Football – Also known as soccer, or one of Brazil's religions. I'm using the word football in the story proper for two reasons. One: Ellen is British and is in Brazil, so naturally she would use that term for the sport. Two: I want to minimize any complaints non-US readers would have for me using the word soccer. I'll still be using the word soccer in these cultural notes, however. So complaints will still come in.
World Cup – An international soccer competition between the men's teams of FIFA members. Held every four years since 1930 (though not 1942 and 1946 because of WWII). Has been criticized over how the competition gives it host countries short-term benefits and long-term problems (much like the Olympics, actually…).
Samba – Definitely one of Brazil's most famous dance styles/music genres. The music originated from Rio de Janeiro during the early 20th century. The various samba dances (Wikipedia lists at least seven) grew from the dances performed by African slaves brought to Brazil over the centuries; former slaves migrating from Bahia brought samba to Rio, where it incorporated other dances like the polka and maxixe (Brazilian tango) and eventually led to the samba schools we see perform during Carnival. I'm trying not to drown you guys with info here, so go to Wikipedia to learn more; or Youtube to actually see/hear for yourself.
Lambada – A partner dance that comes from Para, Brazil; and was very popular in the Philippines and other countries during the 1980s. Has adopted aspects from other dances like the maxixe, salsa and merengue. Characterized by side steps and pronounced hip movements. Also has a song and several films named for/made about it.
Sixth form college – In many ways similar to community colleges in the United States, as students typically study for two years. Depending on what year they're in, the students will have to take either AS or A-level examinations (which are pretty much like high school diplomas in the US). Found from England to Malaysia.
University of Roehampton – Actual university in London that offers dance degrees.
Narky – British slang for someone who's moody or bad-tempered.
Berk – British slang for 'idiot'.
Mercado Adolpho Lisboa – AKA the Mercado Municipal. It was built between 1880 and 1883, and was based on Paris' Les Halles marketplace. Nearly all of the material used had to be imported from Europe. The second structure is known as "Iron market" (according to Wikipedia).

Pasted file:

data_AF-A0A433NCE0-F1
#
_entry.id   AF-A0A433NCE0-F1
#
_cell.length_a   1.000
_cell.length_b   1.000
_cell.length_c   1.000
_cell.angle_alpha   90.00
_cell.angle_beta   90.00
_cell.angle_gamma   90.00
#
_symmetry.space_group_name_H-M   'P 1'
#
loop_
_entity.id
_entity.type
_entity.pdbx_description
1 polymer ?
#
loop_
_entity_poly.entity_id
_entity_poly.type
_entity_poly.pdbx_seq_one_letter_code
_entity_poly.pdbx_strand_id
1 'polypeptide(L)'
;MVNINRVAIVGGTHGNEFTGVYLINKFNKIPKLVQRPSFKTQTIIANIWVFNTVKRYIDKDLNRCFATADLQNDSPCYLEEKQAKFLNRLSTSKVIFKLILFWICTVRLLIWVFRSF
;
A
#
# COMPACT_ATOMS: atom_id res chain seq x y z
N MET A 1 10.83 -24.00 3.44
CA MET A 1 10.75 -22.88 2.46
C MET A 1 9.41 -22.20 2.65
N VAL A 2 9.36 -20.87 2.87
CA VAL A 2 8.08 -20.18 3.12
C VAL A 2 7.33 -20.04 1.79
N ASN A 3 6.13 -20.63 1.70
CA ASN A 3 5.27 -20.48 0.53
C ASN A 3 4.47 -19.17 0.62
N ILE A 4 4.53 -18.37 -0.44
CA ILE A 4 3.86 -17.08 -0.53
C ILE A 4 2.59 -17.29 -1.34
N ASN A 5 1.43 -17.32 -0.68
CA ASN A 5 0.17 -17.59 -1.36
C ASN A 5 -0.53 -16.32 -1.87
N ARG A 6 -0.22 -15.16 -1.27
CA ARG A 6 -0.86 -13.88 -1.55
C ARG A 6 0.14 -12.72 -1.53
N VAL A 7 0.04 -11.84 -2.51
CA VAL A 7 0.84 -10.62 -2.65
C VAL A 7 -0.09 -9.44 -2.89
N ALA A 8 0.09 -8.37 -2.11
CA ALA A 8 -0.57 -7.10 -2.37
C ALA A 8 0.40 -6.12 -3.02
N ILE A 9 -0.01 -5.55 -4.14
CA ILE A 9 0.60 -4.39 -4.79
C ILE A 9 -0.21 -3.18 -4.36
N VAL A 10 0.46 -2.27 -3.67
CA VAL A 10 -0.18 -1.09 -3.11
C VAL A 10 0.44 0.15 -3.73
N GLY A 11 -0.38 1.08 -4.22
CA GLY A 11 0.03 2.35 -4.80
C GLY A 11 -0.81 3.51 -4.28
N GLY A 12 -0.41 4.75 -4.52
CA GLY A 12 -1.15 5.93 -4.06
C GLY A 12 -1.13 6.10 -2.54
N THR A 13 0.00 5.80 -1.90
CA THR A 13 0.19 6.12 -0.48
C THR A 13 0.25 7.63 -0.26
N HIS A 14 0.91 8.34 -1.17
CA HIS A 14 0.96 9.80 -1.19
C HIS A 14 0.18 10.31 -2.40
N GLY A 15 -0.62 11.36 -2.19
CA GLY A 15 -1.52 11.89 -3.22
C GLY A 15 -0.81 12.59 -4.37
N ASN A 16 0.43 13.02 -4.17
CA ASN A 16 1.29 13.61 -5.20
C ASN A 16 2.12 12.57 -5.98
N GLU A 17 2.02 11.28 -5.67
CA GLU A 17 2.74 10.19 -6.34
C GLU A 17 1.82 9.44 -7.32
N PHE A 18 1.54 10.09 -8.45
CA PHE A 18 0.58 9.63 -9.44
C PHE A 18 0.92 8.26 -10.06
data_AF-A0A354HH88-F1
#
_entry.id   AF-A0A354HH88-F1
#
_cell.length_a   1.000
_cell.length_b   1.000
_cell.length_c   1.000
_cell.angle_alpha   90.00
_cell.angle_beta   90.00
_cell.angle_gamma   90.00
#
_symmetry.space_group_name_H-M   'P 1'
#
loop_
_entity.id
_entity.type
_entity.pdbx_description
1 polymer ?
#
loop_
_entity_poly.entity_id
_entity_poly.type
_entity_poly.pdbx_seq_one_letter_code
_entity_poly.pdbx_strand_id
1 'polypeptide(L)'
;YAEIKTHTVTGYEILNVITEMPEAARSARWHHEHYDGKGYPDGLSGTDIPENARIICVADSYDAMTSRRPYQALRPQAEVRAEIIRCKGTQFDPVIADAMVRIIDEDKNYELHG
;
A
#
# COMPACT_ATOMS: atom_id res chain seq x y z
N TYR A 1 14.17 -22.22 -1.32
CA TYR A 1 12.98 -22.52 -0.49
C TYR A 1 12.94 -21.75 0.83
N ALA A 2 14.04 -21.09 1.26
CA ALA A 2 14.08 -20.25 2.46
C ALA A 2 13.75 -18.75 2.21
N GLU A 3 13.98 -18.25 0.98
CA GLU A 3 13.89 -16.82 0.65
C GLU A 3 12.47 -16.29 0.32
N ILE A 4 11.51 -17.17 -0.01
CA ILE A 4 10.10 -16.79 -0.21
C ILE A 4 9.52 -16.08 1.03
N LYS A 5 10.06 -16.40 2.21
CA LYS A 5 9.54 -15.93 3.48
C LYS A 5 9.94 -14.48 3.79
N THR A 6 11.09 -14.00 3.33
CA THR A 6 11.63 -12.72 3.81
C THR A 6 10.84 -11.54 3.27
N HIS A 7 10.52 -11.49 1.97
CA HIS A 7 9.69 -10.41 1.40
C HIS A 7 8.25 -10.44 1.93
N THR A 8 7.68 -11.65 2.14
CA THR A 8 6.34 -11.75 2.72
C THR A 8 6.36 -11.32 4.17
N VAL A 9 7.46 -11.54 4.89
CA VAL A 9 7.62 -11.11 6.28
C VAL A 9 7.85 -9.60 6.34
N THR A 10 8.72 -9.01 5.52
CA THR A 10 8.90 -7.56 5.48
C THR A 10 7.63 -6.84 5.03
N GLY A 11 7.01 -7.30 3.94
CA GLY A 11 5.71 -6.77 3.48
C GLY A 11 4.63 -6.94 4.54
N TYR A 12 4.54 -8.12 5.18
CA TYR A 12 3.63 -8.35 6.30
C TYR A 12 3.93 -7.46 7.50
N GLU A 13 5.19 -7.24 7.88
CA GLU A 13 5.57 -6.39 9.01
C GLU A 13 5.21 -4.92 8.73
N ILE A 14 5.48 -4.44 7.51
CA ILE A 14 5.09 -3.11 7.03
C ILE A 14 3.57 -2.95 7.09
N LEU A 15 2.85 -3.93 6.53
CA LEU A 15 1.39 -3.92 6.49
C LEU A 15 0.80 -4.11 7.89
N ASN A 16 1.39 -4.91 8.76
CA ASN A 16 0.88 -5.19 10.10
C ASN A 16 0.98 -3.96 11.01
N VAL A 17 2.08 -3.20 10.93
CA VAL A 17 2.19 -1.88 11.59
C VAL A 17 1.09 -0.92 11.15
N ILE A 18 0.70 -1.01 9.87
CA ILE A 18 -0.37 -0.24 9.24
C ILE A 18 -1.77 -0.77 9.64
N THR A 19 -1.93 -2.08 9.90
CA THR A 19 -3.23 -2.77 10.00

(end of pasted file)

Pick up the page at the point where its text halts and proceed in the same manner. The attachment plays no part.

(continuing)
Tacacá – A soup made with tucupi (yellow sauce made from wild manioc/cassava) broth, jambu (variety of paracress), dried shrimps and yellow peppers. Served hot in a cuia (gourd bowl).
Cidade de Deus – One of Manaus' shadier neighborhoods. Started around 1990 after a group of landless migrant families settled. Was recognized as a neighborhood in 2010. Note: I googled 'manaus cidade de deus' and got an article from that claimed Cidade de Deus is Manaus' 10th largest favela (slum). Though when I took a closer look, the article claimed it was located in the East Zone, not the North Zone. So either the journalist made a mistake, or Manaus has two areas called 'Cidade de Deus'.
Sertanejo – Also known as Música sertaneja. Most played music genre on Brazilian radio since the 1990s. Originated from the Brazilian countryside during the 1920s, and was influenced by country music and fandango. Traditional instruments include the accordion and guitar. Most sertanejo artists are in sibling duos with one providing the backup vocals. Notable sertanejo artists: Gusttavo Lima; Luan Santana; Sérgio Reis; Chitãozinho & Xororó; Michel Teló.
Brazilian telenovelas – The most popular program type on Brazilian TV since the 1970s. Early telenovelas were modeled after Latin American ones, but have become much more sophisticated over the years. PortuguesePod101 recommends watching them to boost learning Portuguese.
Emília Pipocas Açucuardas – Similar to Puffcorn in appearance. Chosen mostly because of the silly picture of a corncob on the package.
Bants – British slang for banter.
Brega – Genre of Brazilian popular music that, while not having its own unique music rhythm, is widely characterized by its focus on romantic topics with dramatic exaggeration. Most of its greatest singers, like Reginaldo Rossi and Falcão, come from the Northern and Northeastern regions of Brazil. Can also be used to define something as tacky or unfashionable (ouch).
Lollo – A chocolate treat made by Nestle. Learned about them from a Youtube video on SnackCrate's channel; one of the taste testers said it reminded them of a 3 Musketeer's bar.
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And that's the end of the first chapter. Some of you may have realized I used Tyki's Noah coloring from -Man Hallow for this story. I do have a story reason, but I also think he looks hot like that. Since a lot of people don't like them, I'm trying not to create too many OCs. Recommend any obscure characters from the first anime so that won't happen, please. And please review; it makes me so happy to hear what you think!